I also realized today that my gifts and skills are independent of anyone else. For a couple months now I’ve been inadvertently seeking validation from a couple writers I know and admire, and comparing my own style to their very different ones; this is folly. I create on my own terms, and my work should not be dictated by another’s. This should have been obvious, but I was enamored with the new thrill and blessing of knowing other people with word-shaped hearts, and got lost in comparing the phrases within. (Okay, so maybe a couple belletristics.)

It took me skipping class yesterday and getting lost on my bike for me to come to these tenuous epiphanies. It took me receiving the kindest, most encouraging email I’ve ever read for me to realize that I no longer have a say in the past- but what I say about it can be everything. This past year I’ve been recovering from PTSD and a few other related disorders caused by traumas that I will not elucidate upon. My recovery has been colored by a spectrum of emotions- hope, rage, hate, despair, resolve, to name a few- and each of these feelings has brought with it a new way to say what’s in my heart. What I write may not always be easy to read, but it will always be honest- and I believe there is beauty in truth.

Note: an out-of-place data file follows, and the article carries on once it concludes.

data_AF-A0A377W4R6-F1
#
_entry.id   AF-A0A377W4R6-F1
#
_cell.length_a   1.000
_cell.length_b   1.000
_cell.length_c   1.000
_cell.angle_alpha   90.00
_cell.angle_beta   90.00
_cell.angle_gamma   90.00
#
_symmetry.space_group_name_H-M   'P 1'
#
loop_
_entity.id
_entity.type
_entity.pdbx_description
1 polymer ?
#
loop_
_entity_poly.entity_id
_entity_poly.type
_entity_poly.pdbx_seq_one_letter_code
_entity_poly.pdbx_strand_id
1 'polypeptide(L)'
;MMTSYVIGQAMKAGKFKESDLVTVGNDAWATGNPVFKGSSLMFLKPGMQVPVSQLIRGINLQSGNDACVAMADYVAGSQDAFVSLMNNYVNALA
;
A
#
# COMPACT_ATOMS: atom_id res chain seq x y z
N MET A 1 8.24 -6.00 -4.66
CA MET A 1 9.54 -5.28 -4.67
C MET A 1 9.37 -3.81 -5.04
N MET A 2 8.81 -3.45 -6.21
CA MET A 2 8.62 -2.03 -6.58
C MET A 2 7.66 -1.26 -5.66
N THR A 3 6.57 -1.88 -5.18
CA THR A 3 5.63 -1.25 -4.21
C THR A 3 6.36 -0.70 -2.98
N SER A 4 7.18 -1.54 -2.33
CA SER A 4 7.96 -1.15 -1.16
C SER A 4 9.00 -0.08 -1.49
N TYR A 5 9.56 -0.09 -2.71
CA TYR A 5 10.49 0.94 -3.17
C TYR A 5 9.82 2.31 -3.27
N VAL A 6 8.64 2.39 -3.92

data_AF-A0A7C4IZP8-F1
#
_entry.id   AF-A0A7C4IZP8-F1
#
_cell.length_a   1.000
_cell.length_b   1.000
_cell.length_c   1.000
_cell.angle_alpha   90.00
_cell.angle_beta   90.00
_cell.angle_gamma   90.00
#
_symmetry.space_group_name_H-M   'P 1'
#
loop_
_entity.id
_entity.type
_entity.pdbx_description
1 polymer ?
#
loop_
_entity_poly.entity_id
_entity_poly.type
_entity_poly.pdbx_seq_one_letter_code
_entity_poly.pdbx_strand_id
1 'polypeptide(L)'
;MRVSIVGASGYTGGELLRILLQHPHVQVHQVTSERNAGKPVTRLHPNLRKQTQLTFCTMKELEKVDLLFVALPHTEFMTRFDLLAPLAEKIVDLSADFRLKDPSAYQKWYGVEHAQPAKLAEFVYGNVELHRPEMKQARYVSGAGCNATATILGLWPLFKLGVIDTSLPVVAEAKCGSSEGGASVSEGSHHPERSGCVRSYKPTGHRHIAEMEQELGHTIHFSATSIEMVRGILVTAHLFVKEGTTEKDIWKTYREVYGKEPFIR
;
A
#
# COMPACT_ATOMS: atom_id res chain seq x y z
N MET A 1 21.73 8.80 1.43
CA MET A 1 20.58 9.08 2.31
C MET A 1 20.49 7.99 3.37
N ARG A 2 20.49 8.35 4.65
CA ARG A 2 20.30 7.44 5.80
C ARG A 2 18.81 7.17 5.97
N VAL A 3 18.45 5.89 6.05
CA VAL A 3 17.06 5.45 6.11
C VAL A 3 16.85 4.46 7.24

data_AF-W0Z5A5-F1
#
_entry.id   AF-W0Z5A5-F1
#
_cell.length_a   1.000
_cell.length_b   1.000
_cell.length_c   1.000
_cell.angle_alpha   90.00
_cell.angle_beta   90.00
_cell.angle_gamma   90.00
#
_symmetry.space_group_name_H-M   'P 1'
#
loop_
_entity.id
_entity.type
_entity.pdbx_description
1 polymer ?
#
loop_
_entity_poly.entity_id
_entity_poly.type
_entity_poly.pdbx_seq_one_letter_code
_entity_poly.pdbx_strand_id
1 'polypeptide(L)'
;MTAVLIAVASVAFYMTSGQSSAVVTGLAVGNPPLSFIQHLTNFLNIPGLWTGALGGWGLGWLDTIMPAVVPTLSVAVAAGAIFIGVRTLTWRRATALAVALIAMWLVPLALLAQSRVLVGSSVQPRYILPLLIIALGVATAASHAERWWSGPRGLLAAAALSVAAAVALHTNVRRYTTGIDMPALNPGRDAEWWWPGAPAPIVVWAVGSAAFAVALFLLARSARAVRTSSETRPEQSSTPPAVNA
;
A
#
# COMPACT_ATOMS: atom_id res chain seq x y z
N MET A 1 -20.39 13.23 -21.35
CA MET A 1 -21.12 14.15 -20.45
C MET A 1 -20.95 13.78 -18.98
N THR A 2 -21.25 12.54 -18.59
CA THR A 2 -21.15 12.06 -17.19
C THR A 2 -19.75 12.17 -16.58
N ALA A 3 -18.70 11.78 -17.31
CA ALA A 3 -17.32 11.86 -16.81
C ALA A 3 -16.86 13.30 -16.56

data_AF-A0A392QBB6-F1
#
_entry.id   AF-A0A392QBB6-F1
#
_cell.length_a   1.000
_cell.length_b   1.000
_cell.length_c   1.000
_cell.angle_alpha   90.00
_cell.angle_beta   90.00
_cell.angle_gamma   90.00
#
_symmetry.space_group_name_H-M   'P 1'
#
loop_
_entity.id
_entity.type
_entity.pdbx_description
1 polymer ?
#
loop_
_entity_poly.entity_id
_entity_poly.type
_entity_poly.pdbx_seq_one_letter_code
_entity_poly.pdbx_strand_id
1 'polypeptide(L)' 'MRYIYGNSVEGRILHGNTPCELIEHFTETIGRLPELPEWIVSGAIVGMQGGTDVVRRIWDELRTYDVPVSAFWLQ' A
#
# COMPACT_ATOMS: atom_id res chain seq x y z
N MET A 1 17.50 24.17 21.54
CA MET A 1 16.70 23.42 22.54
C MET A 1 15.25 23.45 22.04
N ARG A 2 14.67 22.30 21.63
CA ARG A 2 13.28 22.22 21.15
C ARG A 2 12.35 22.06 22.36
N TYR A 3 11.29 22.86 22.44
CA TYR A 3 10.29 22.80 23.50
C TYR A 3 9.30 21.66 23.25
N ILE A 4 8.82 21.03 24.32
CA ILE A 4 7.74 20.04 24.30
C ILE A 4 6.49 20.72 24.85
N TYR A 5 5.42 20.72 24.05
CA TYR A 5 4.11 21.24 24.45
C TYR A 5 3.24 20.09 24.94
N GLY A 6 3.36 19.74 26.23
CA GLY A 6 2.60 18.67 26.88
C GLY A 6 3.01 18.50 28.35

So I would like to offer my sincerest gratitude to all of you who have helped me along the way, reminded me why I write, or read my work. Thank you for sustaining me these past months and in the ones to come. I am inexpressibly thankful for all of you. With love, M. Alden

Page 42.

I dreamt of
a book, little souls
on the pages.
I lived
on page 42
and that’s where
all those fingers traced
all my letters till
my corners bent
like little paper petals.

The xylem of red
pens annotating the biology,
every line with a cerebral pathology
and unknown
unyielding
methodology
of a true savant.

There are still so many pens
sputtering scarlet ink with which
to write scarlet letters on all
my bro-
ken
promises and ill-worded bromides
and I am afraid

they will
Stop
and realize there’s nothing
on page 43.
Was that it, my magnum opus composed

at 18 with a rose caught between my teeth, thorns
lodging hard in my mouth
fibrous fangs I can run my tongue across?